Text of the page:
The Overseas Investment Office says it will look very carefully at transactions that appear to have been artificially split to allow what is labelled as an initial stage of a transaction so that it appears to meet the ownership or control requirements of the Overseas Investment Act 2005.
In the latest issue of its PeriOIOcal newsletter, the Office says it has recently looked at instances where people have, "we would say", artificially split a transaction into two parts to first come below the ownership requirements of the Act (such as the 25% shareholding threshold) before seeking approval for the remainder of the transaction.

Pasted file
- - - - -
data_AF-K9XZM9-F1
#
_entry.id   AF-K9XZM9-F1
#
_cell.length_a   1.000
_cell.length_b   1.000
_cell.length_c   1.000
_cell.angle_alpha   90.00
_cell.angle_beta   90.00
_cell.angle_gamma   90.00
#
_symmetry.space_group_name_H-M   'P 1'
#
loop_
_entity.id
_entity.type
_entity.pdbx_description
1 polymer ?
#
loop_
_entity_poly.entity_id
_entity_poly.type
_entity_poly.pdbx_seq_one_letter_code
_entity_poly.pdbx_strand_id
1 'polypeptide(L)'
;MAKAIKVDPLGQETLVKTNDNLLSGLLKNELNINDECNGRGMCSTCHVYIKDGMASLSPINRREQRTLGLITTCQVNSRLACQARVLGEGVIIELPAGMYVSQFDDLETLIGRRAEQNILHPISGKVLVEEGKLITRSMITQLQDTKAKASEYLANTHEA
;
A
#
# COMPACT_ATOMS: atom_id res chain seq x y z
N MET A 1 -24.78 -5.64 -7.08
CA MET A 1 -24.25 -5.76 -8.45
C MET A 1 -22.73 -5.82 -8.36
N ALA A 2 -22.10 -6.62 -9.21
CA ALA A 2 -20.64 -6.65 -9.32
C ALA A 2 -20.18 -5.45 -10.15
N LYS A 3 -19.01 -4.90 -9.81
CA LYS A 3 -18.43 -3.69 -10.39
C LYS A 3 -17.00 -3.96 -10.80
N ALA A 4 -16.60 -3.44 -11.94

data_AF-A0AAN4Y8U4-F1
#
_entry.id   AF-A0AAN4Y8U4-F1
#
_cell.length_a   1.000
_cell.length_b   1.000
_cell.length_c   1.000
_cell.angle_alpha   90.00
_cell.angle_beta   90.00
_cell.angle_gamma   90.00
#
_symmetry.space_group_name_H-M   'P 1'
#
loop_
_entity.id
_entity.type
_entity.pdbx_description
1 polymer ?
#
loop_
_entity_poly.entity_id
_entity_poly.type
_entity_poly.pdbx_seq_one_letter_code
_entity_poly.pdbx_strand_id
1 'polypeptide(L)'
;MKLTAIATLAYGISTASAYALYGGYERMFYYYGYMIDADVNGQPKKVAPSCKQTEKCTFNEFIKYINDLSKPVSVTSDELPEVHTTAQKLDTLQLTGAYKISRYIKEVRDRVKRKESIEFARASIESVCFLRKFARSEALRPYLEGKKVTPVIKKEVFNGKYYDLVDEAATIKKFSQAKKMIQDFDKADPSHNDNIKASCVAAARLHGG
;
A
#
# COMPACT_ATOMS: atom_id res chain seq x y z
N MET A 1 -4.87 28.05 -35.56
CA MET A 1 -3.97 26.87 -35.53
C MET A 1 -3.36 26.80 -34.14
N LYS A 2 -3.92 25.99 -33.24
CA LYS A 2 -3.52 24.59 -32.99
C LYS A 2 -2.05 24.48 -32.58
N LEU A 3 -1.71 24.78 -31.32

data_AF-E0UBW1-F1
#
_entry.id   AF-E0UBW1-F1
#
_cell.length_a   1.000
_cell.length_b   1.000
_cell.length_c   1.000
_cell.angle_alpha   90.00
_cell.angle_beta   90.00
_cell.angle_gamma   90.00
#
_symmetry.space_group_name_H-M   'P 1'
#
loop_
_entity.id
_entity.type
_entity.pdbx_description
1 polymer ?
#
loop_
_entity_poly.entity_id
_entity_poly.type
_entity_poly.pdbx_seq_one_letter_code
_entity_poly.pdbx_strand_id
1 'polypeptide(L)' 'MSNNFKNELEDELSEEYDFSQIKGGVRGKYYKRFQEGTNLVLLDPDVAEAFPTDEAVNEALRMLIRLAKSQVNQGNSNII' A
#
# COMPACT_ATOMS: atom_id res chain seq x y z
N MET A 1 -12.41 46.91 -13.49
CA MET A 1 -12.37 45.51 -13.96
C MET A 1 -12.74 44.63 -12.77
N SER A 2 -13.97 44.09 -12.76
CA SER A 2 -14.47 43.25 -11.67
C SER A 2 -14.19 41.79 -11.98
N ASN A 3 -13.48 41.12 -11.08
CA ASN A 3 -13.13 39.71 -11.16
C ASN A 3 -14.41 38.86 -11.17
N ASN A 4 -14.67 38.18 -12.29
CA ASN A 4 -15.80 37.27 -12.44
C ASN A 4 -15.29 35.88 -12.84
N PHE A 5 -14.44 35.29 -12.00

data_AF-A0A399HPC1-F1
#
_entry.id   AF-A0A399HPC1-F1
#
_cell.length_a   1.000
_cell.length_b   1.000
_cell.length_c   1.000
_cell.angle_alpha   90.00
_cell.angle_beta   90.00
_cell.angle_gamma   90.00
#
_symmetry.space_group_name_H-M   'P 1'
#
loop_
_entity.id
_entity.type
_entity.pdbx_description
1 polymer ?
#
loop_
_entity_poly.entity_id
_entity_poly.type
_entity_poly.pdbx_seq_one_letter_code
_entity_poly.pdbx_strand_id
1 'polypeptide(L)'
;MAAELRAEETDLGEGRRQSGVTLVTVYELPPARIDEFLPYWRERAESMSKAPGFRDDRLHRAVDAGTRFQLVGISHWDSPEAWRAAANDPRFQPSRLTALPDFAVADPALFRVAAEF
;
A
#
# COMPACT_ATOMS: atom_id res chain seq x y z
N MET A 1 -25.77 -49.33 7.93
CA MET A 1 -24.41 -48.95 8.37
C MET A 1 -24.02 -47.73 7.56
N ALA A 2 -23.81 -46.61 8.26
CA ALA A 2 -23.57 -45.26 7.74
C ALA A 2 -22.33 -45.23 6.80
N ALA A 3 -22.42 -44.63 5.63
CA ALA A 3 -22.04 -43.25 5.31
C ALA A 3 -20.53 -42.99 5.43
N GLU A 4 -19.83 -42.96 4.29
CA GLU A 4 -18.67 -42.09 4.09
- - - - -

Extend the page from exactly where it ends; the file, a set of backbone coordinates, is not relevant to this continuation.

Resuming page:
"In reality, there is only one transaction," it says.
The Office says it will examine the detail and context of both tranches to ensure there are two genuine stages of a transaction or a genuine commercial reason for the split.
"We will also carefully examine any arrangement that gives an overseas investor negative control, such as a right of veto, which appears to be greater than what their ownership interest might suggest.
"For example, we consider a person may have a greater than 25% control of a company (even if they only own 24.9% of the shares) if the constitution requires all key decisions of that company to be passed by 75.1% of the shareholders, and includes an express requirement that the particular shareholder must be part of that 75.1% majority."